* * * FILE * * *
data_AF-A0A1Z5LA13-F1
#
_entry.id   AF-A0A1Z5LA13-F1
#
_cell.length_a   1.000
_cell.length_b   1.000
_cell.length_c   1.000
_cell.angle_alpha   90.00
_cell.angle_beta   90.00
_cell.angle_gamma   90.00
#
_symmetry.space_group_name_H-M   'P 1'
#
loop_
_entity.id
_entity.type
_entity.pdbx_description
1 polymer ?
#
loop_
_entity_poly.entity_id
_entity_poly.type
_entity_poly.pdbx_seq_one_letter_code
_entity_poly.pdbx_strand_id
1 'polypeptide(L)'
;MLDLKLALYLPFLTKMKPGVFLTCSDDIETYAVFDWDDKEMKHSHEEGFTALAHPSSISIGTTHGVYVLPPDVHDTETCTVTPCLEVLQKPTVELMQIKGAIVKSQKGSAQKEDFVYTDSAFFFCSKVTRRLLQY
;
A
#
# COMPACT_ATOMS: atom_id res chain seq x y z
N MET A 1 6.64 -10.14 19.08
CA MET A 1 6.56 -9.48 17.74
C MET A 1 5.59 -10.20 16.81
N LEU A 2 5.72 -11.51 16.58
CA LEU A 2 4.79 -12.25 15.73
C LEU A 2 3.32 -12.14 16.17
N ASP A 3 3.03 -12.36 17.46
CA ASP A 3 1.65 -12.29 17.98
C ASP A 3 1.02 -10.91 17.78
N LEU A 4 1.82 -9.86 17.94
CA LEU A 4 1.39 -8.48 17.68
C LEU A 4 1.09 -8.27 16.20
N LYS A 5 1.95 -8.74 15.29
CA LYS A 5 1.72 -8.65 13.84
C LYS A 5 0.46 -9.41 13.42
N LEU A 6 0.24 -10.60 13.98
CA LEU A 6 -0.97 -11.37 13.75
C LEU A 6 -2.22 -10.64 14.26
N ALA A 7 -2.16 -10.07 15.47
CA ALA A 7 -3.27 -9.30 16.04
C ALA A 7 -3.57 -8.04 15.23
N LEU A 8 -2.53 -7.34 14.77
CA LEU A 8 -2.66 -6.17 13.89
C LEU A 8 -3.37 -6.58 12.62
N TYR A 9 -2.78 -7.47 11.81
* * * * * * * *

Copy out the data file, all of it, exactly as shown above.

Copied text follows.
data_AF-A0A1Z5LA13-F1
#
_entry.id   AF-A0A1Z5LA13-F1
#
_cell.length_a   1.000
_cell.length_b   1.000
_cell.length_c   1.000
_cell.angle_alpha   90.00
_cell.angle_beta   90.00
_cell.angle_gamma   90.00
#
_symmetry.space_group_name_H-M   'P 1'
#
loop_
_entity.id
_entity.type
_entity.pdbx_description
1 polymer ?
#
loop_
_entity_poly.entity_id
_entity_poly.type
_entity_poly.pdbx_seq_one_letter_code
_entity_poly.pdbx_strand_id
1 'polypeptide(L)'
;MLDLKLALYLPFLTKMKPGVFLTCSDDIETYAVFDWDDKEMKHSHEEGFTALAHPSSISIGTTHGVYVLPPDVHDTETCTVTPCLEVLQKPTVELMQIKGAIVKSQKGSAQKEDFVYTDSAFFFCSKVTRRLLQY
;
A
#
# COMPACT_ATOMS: atom_id res chain seq x y z
N MET A 1 6.64 -10.14 19.08
CA MET A 1 6.56 -9.48 17.74
C MET A 1 5.59 -10.20 16.81
N LEU A 2 5.72 -11.51 16.58
CA LEU A 2 4.79 -12.25 15.73
C LEU A 2 3.32 -12.14 16.17
N ASP A 3 3.03 -12.36 17.46
CA ASP A 3 1.65 -12.29 17.98
C ASP A 3 1.02 -10.91 17.78
N LEU A 4 1.82 -9.86 17.94
CA LEU A 4 1.39 -8.48 17.68
C LEU A 4 1.09 -8.27 16.20
N LYS A 5 1.95 -8.74 15.29
CA LYS A 5 1.72 -8.65 13.84
C LYS A 5 0.46 -9.41 13.42
N LEU A 6 0.24 -10.60 13.98
CA LEU A 6 -0.97 -11.37 13.75
C LEU A 6 -2.22 -10.64 14.26
N ALA A 7 -2.16 -10.07 15.47
CA ALA A 7 -3.27 -9.30 16.04
C ALA A 7 -3.57 -8.04 15.23
N LEU A 8 -2.53 -7.34 14.77
CA LEU A 8 -2.66 -6.17 13.89
C LEU A 8 -3.37 -6.58 12.62
N TYR A 9 -2.78 -7.47 11.81